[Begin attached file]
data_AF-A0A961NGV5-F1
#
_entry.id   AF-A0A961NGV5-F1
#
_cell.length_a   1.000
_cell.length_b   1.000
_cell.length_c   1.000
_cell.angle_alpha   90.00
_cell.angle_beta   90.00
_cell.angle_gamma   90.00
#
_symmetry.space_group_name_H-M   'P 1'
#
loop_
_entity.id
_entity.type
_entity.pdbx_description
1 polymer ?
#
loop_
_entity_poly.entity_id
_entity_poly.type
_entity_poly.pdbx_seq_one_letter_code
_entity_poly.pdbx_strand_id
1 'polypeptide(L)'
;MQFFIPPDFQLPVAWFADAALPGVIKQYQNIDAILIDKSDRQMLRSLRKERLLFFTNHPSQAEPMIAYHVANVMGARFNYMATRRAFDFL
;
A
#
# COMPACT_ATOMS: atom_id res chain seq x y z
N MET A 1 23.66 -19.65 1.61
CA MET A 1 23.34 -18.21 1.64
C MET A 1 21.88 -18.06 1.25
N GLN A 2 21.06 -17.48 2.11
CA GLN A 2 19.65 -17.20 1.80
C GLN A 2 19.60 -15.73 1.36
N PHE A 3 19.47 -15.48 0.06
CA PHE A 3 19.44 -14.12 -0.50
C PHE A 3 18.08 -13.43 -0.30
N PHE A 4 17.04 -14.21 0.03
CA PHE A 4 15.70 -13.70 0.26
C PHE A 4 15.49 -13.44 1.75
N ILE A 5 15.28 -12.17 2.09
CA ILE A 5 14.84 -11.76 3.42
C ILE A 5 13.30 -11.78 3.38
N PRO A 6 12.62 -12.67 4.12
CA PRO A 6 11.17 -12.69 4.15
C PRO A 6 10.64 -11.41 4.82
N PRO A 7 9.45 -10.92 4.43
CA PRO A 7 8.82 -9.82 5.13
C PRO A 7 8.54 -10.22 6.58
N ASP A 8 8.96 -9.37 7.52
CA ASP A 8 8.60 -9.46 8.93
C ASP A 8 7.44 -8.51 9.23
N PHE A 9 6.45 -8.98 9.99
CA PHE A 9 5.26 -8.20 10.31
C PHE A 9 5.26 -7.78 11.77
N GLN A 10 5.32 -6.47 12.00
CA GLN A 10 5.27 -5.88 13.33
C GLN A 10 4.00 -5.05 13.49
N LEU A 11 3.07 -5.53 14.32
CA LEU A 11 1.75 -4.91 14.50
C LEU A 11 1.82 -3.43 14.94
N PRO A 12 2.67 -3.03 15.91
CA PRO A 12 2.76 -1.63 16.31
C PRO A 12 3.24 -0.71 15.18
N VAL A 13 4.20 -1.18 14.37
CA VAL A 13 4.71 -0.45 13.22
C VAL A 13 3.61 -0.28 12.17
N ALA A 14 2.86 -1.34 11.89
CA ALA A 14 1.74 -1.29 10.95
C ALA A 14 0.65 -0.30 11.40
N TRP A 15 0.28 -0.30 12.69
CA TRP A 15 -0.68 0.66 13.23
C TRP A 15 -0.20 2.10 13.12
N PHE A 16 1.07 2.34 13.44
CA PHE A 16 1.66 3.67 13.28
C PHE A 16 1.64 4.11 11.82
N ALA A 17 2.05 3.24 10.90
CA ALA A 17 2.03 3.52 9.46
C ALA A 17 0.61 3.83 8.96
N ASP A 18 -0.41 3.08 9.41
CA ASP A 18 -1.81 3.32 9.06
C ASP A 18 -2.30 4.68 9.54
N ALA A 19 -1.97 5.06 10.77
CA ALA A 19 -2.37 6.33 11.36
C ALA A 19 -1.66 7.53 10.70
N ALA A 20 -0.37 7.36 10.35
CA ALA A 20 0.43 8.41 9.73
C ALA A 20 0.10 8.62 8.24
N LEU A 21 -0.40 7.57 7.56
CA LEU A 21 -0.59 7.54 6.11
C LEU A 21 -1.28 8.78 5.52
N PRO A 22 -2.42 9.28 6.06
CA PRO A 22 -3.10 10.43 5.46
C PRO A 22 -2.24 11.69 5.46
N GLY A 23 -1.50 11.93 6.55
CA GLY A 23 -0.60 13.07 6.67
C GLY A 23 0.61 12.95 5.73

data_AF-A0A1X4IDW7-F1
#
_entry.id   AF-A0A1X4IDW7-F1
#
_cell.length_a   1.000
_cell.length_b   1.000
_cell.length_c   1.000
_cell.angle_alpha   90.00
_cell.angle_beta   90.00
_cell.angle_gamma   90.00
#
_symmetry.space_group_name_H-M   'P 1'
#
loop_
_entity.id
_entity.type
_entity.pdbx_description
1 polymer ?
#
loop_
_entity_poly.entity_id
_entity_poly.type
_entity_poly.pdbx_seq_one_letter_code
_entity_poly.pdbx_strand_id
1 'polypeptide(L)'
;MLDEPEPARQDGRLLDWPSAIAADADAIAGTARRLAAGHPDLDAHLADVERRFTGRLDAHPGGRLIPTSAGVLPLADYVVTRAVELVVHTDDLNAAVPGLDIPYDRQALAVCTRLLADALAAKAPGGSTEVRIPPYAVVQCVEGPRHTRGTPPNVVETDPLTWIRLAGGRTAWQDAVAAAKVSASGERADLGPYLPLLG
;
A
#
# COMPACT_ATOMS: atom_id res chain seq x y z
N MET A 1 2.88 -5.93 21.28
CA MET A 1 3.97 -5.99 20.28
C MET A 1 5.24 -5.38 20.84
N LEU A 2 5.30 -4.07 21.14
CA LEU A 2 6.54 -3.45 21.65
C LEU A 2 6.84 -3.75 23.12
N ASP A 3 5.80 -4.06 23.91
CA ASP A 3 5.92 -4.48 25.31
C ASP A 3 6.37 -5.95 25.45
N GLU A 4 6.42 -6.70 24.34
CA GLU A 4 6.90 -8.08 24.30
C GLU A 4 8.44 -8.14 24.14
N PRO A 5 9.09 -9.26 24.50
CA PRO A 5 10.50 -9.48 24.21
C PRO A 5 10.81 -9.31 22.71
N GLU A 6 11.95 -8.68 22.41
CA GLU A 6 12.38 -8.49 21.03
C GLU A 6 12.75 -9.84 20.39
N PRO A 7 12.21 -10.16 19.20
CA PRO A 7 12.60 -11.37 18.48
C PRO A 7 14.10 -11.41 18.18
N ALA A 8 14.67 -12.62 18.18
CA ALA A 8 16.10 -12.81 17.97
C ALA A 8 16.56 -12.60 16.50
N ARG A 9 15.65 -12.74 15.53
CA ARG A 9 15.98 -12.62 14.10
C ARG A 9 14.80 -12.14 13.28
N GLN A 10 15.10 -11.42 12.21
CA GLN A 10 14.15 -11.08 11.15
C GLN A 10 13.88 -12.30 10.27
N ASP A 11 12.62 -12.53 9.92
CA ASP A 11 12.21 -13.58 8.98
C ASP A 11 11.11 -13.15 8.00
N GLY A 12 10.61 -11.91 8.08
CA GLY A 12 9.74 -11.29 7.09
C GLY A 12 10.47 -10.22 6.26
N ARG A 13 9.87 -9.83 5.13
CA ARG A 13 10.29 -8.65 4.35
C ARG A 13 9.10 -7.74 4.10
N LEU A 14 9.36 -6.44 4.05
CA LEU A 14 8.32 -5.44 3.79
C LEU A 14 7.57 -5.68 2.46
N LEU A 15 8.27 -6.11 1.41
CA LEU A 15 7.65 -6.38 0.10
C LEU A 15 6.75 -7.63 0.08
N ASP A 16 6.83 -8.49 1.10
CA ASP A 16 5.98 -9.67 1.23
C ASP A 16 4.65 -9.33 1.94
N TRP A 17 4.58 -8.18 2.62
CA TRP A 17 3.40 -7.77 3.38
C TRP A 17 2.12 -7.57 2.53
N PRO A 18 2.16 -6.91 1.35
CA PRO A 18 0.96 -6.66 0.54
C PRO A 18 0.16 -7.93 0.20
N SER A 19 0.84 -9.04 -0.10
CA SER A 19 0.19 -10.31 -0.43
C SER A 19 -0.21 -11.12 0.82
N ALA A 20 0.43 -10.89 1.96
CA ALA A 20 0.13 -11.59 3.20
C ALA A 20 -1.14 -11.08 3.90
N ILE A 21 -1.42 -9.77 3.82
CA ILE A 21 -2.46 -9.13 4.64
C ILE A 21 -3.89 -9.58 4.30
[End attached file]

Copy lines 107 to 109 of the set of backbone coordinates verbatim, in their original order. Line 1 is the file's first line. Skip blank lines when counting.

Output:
_cell.angle_alpha   90.00
_cell.angle_beta   90.00
_cell.angle_gamma   90.00